Volume V, Number 4
In This Issue
The name of one of Pietisten's patron saints, Carl Olof Rosenius, caught my eye in a recent article in Svenska Dagbladet, for Nov. 11, 1990. Serious dissatisfaction with the beliefs and life style of the Swedish State Church, the cause of the separation of Läsare [Readers] in the last century, was the reason for the organization. Now, as the article below reports, the dissatisfaction continues today and is leading to an imminent break with the Church of Sweden by these "Faithful Friends of the Bible."
In response to an academic assignment given to me last spring, I began considering the relationship of the disciplines of systematic theology to the task of proclamation as it has been practised and historically understood in the Covenant.
It was Saturday night at the parsonage on the northern edge of frozen Minnesota one December years ago. The usual round of baths was in progress, each bather enjoying the delicious warmth of the bath, when there was a knock on the door.
The great writer, Isaiah, often used words that related to people's experiences throughout history. So, what I would like to speak to this morning is the message of Christmas that this text from Isaiah holds for me. I want to concentrate on verse two of chapter nine which says, "The people who walked in darkness have seen a great light: Those who dwelt in a land of deep darkness, on them has light shined."
In the motion picture, The Dead Poets Society, a young professor at a boy's preparatory school takes his students outside the classroom to look at the school's trophy case.
What intrigued me most about Arthur Bowman's "Confessions of an Ex-Covenanter" was the discovery that here was someone who seems to have joined the Lutheran Church for the reasons I left it, and to have left the Covenant Church for some of the reasons I embraced it!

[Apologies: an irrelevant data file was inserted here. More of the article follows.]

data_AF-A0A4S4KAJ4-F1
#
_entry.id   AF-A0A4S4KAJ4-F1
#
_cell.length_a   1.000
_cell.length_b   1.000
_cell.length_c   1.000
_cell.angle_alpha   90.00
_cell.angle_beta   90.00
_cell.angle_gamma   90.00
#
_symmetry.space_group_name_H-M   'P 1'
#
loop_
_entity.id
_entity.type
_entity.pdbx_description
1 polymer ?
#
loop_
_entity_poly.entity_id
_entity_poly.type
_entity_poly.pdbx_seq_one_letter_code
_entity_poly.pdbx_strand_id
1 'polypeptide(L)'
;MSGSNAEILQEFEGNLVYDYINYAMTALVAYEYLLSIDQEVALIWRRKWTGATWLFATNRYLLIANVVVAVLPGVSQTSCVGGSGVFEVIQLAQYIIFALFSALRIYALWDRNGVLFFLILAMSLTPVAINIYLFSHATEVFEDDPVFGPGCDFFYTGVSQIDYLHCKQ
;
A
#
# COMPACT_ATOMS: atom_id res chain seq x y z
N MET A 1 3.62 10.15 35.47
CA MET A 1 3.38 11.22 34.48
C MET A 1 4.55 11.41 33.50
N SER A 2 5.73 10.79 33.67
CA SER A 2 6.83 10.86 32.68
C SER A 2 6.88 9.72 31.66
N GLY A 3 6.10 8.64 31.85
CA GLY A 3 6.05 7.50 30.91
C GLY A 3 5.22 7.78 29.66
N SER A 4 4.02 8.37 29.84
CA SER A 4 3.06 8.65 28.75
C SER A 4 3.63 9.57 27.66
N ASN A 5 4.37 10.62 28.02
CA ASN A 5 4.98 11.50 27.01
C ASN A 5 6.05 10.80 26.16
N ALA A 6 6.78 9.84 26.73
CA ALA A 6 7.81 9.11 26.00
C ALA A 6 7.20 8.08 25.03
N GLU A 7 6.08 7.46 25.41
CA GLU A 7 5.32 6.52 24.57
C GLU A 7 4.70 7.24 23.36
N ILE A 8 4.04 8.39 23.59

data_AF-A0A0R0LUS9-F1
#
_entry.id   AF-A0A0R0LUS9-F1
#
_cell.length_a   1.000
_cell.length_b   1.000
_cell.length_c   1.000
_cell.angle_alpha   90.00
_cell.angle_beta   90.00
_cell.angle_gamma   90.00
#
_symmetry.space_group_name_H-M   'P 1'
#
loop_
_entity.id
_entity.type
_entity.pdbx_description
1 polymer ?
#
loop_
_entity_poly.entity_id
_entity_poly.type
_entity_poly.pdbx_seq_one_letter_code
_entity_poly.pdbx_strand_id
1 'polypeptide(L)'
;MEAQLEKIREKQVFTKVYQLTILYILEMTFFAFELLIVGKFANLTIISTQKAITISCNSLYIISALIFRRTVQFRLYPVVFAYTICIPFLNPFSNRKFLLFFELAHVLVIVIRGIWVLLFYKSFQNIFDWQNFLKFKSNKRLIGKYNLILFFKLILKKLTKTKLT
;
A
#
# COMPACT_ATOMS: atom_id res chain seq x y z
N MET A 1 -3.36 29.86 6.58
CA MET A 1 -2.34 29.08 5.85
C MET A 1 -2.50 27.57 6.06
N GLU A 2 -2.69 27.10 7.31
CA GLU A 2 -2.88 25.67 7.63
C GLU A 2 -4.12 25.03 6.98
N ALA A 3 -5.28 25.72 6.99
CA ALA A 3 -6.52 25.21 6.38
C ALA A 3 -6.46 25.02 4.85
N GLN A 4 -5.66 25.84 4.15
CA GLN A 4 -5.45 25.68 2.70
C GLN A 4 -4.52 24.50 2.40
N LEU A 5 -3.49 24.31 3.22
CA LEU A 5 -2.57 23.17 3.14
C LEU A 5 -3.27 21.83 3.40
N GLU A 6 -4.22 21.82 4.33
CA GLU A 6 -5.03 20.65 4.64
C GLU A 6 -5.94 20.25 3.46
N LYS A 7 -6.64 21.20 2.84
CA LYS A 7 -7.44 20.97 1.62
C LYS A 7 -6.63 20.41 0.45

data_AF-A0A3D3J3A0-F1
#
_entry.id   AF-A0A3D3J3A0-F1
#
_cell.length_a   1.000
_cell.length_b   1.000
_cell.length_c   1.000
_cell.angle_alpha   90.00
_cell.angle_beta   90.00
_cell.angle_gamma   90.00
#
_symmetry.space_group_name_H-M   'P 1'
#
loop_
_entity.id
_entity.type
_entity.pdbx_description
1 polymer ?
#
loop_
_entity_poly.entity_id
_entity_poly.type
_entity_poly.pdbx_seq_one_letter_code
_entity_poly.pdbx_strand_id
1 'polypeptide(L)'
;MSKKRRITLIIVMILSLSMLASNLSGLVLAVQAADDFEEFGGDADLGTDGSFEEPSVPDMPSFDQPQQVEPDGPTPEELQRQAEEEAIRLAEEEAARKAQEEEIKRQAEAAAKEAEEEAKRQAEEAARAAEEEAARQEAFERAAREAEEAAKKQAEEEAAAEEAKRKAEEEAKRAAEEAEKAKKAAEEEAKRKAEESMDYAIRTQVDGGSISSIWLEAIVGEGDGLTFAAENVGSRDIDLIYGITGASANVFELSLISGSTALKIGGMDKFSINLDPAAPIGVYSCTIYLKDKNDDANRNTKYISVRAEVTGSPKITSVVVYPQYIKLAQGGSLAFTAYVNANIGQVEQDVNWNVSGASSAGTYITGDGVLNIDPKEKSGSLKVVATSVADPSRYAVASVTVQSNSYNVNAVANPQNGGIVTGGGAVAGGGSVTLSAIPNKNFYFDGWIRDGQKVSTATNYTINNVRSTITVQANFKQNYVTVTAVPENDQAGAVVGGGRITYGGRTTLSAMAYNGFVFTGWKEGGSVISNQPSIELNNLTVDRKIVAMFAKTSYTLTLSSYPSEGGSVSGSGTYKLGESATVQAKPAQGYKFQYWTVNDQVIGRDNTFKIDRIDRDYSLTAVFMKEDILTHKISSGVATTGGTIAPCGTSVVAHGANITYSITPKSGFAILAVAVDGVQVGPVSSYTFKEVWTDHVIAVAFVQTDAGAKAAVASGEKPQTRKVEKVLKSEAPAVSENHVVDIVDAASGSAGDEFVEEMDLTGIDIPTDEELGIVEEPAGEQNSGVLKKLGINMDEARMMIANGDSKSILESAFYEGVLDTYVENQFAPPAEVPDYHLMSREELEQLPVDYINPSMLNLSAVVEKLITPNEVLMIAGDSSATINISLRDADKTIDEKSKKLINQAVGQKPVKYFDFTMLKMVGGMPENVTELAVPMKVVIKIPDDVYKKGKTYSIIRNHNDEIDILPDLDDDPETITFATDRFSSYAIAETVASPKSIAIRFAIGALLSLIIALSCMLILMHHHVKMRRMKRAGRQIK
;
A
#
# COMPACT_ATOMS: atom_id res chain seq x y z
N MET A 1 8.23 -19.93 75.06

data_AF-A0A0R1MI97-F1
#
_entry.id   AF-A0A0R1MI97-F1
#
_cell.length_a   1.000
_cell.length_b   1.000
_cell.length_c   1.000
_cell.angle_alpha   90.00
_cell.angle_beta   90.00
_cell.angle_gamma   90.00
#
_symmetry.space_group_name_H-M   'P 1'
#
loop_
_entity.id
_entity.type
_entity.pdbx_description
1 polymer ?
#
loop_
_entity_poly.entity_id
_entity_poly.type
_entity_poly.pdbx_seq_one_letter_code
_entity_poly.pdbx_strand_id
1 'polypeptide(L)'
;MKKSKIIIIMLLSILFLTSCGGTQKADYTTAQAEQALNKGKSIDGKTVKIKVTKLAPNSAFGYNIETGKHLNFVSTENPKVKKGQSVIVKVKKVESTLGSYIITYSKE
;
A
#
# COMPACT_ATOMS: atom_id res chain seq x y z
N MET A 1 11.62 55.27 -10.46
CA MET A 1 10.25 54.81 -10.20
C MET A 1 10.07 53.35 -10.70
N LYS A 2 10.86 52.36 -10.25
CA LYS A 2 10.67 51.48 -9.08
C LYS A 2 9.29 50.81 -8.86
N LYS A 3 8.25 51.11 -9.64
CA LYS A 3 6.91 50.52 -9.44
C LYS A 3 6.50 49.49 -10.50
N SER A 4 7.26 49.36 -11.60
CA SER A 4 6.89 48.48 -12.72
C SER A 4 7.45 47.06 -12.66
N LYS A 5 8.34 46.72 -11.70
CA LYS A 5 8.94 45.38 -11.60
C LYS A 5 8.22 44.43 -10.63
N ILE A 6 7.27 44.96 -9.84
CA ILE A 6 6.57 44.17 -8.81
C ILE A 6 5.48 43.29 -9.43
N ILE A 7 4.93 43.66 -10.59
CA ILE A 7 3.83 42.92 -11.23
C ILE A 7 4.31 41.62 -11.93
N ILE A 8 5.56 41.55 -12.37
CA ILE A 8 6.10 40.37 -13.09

In writing to renew my subscription to Pietisten, it was also my plan to order a gift subscription for Don Paul Olson, whom I met by chance in California this past summer where he was serving as chaplain at the Samarkand home in Santa Barbara.
It is Judgment Sunday. The Associate Pastor is preaching and he takes his text from Ezekiel 34. He is talking about sheep and shepherds. He is a very perceptive as he retrieves these ancient images for us in our high-tech milieu. Dumb sheep, he allowed, were not palatable models for us.
The Inaugural Lectures of the Gustafson Lectureship; North Park Philosophy Academy, 1990; Sport Report
Pre-Season All-American Picks
Twice now, Bryce Nelson has challenged us to get more specific about pietism. Once, (Summer, 1989)) he asked "what a pietist looks like today. What are the characteristics of a contemporary pietist?" Then, in his letter printed in the last issue he asked that we provide a list of pietist readings.
While creating this issue, the editors of Pietisten took the action of establishing Pietisten as a nonprofit association under the laws of the state of Minnesota. This means that Pietisten is now an entity. It is a legal personality. This may not strike fear in the hearts of others, but it does in ours.